Schilling allows two runs (one earned) on two hits

Updated: July 8, 2005, 9:48 AM ET
Associated Press

PAWTUCKET, R.I. -- Curt Schilling's first relief appearance looked a lot like his last as a starter: not very good.

Most saves, season after 20 wins
1980 Jerry Koosman 2
1979 Ron Guidry 2
1972 Andy Messersmith 2
*Schilling won 21 games in 2004

The injured Red Sox ace pitched a sloppy ninth inning in Triple-A Pawtucket on Thursday night as he began his conversion from starter to reliever. The 38-year-old right-hander allowed two runs -- one of them earned -- on two hits, striking out two.

"I wanted to go out and strike out all three guys I faced. It didn't happen," Schilling said. "There's a lot of things I was trying to get done tonight."

With the crowd of 10,067 chanting "We Want Schilling!" in the eighth, two other PawSox relievers blew a 3-1 lead and deprived the hero of Boston's 2004 World Series title of the chance for a save. An inning later, the crowd rose as he loped in from the bullpen.

Schilling quickly got the first out, but that was followed by a single bounced through the middle, a stolen base and then a curving liner that bounced under a diving right-fielder in the corner for a triple. An error by shortstop Alejandro Machado allowed an unearned run to score.

But Schilling struck out Tim Raines Jr. to end the inning.

"I forgot how much your adrenaline is tied to the score of the game," Schilling said. "It's different."

Many in the crowd got up to leave, including Red Sox general manager Theo Epstein and two assistants from the team's front office who came to watch Triple-A's most expensive mop-up man. In all, Schilling threw 13 of his 14 pitches for strikes and hit 92 mph on the stadium radar gun.

Schilling volunteered to go to the bullpen when it became obvious it would be a while before he could go deep into the game as a starter. At the same time, Red Sox closer Keith Foulke was heading for knee surgery, so the team was thinking along the same lines.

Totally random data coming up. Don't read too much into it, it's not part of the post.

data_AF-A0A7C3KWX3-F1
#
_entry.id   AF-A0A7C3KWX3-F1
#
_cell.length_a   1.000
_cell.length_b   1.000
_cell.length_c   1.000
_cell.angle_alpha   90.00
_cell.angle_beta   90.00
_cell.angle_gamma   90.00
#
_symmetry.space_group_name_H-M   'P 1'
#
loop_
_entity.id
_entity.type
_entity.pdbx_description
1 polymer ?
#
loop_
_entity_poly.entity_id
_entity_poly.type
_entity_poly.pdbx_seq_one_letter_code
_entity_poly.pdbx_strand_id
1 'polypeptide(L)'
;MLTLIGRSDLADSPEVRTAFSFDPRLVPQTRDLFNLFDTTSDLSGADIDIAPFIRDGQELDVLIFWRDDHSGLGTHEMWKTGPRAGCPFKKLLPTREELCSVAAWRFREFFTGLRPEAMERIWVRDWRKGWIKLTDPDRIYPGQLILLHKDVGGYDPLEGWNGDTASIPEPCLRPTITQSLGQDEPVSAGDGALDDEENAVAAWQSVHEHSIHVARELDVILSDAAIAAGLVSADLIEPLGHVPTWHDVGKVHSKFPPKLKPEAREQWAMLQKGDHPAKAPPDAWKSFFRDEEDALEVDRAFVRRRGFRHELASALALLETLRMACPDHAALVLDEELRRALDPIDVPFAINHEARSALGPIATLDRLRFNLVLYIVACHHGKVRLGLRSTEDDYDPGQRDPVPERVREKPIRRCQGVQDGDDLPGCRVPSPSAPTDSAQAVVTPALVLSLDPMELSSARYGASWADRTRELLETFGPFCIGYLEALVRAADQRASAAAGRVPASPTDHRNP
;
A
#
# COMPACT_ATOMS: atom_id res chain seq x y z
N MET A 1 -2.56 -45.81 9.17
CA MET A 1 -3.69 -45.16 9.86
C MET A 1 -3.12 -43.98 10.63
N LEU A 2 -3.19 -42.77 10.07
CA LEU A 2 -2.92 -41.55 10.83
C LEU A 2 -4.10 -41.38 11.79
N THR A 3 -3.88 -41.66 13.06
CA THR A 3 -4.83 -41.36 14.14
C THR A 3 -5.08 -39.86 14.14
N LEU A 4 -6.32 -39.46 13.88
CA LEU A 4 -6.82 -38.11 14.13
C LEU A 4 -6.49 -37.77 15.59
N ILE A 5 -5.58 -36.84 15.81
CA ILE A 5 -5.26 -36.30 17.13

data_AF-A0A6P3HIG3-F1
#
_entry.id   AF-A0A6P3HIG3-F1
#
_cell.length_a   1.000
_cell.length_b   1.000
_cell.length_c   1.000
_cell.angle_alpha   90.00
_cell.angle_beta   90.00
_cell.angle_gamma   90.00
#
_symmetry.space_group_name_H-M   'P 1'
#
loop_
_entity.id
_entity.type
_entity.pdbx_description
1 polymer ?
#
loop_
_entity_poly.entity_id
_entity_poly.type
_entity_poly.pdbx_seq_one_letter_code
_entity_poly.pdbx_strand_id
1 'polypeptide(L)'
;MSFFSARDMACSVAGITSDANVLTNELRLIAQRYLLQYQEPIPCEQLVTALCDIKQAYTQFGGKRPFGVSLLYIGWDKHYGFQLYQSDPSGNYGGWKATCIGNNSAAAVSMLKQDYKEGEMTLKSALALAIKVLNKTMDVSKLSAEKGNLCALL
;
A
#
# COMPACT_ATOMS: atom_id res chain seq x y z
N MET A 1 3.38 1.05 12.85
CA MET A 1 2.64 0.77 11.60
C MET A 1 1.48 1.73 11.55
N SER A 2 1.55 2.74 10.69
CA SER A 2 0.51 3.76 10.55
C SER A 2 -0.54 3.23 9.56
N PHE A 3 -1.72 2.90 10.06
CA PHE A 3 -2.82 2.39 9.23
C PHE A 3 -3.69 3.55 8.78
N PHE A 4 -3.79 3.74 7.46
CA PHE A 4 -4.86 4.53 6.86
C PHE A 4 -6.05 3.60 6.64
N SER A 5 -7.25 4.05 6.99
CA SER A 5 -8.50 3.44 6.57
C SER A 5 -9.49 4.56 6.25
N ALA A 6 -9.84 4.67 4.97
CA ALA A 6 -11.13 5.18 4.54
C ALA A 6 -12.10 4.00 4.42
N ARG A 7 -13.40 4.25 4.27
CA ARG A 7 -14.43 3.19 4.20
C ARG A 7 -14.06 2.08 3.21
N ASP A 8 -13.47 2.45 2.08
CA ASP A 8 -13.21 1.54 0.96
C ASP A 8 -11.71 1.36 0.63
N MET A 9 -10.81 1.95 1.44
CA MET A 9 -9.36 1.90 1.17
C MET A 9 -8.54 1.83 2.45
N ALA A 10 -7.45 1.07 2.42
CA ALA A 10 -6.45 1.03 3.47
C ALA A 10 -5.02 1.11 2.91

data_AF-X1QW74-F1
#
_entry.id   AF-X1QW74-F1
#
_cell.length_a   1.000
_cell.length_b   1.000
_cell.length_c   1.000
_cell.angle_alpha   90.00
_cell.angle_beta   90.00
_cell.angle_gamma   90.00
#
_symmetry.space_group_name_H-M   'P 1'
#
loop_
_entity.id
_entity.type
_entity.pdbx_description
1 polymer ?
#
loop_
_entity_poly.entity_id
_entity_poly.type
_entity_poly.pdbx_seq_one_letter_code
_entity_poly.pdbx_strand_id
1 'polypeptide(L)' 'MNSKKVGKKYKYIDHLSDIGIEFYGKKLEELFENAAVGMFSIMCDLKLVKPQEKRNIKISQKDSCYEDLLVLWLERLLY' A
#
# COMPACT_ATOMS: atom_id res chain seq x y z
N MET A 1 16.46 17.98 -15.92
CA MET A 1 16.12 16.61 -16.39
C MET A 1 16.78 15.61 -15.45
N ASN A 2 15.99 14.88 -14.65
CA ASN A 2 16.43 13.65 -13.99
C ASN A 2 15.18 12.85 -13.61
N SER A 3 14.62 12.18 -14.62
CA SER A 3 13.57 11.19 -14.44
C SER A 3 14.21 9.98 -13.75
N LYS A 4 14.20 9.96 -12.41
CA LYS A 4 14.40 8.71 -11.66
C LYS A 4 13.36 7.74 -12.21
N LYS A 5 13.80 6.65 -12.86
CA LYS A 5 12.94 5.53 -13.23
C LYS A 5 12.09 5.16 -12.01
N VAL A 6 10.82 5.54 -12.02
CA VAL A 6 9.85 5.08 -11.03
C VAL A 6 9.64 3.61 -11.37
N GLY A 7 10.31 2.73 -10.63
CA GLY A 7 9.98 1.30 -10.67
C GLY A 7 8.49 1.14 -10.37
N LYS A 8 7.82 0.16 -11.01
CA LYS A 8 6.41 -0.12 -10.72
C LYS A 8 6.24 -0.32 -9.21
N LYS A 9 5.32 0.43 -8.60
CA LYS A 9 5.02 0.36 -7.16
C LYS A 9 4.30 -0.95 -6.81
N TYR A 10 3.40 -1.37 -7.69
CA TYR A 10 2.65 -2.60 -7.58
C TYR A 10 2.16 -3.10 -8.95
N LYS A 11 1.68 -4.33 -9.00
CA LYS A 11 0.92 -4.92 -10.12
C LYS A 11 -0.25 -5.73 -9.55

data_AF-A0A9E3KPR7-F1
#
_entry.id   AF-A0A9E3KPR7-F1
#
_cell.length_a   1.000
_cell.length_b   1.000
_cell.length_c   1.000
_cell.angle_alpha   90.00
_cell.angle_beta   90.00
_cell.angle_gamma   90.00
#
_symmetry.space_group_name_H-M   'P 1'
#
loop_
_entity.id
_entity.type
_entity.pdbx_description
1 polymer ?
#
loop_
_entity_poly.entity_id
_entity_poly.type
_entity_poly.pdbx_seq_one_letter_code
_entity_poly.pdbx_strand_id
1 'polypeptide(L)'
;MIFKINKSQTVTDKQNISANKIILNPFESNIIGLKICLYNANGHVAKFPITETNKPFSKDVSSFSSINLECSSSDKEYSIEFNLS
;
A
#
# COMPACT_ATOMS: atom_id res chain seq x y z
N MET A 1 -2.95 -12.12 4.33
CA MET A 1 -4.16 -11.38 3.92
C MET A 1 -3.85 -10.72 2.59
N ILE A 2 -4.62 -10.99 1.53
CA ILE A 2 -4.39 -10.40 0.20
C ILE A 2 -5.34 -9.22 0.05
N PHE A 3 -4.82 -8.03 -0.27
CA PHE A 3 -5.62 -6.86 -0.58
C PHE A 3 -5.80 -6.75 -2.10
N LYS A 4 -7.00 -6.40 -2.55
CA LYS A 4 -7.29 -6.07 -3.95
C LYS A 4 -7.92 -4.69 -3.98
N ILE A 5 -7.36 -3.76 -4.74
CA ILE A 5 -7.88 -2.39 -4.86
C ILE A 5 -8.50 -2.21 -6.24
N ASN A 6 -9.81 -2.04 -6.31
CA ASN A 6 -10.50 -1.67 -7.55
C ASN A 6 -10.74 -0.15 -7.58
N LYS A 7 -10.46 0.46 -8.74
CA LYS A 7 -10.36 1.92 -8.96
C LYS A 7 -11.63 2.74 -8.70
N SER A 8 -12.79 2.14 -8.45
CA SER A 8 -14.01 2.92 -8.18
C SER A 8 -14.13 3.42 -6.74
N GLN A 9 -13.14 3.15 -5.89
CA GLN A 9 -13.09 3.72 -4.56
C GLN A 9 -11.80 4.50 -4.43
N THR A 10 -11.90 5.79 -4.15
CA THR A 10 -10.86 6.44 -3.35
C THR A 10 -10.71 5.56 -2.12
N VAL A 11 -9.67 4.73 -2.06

So Schilling headed back to Pawtucket, where he has already made three rehab starts this year -- this time to prepare for a relief role. He will join the Red Sox in Baltimore on Friday, then meet the PawSox in Syracuse, N.Y., to relieve on Saturday night and Sunday.

"I'd rather be starting," he said. "I'd rather be out there every fifth day and doing what they're paying me to do. I can't do that right now. I won't for a while. And they need an arm."

When he comes out of the Boston bullpen, it will be Schilling's first relief appearance since Sept. 29, 2002, when he pitched one inning for the Diamondbacks as a playoff tuneup. His previous relief appearance was on May 13, 1992, before the Phillies promoted him to the starting rotation for good.

Red Sox manager Terry Francona said Schilling will combine with Alan Embree and Mike Timlin to replace Foulke, who had arthroscopic surgery to repair damaged cartilage on his left knee on Thursday. He is expected to miss 4-6 weeks.

"This helps us avoid doing something desperate and shortsighted," general manager Theo Epstein said.

Epstein said the team concluded that Schilling was "a long way" from being the ace who went 21-6 with a 3.26 ERA before injuring an ankle tendon late in the regular season. Using an unprecedented medical technique that caused his ankle to bleed through his sock, Schilling helped pitch the Red Sox to their first World Series title since 1918.

Schilling had surgery during the offseason and started the season on the disabled list. He went 1-2 with an 8.15 ERA before bruising his right ankle on April 23 and going back on the DL.

Schilling started warming up in the bullpen in the fifth inning Thursday night, then played long toss in the outfield after the bottom of the seventh. The PawSox led Ottawa 3-1 in the eighth, and Schilling was all set to pick up the save.

But Cla Meredith gave up one run and put runners on first and third with two outs. Manager Ron Johnson came out to the mound, but when he signaled for the bullpen, left-hander Juan Perez came out.

Perez promptly balked home the tying run. Midre Cummings followed with a two-run homer that made it 5-3, spoiled Schilling's chance at a save and deprived prospect Jon Papelbon of a win in his Triple-A debut.


Copyright 2005 by The Associated Press

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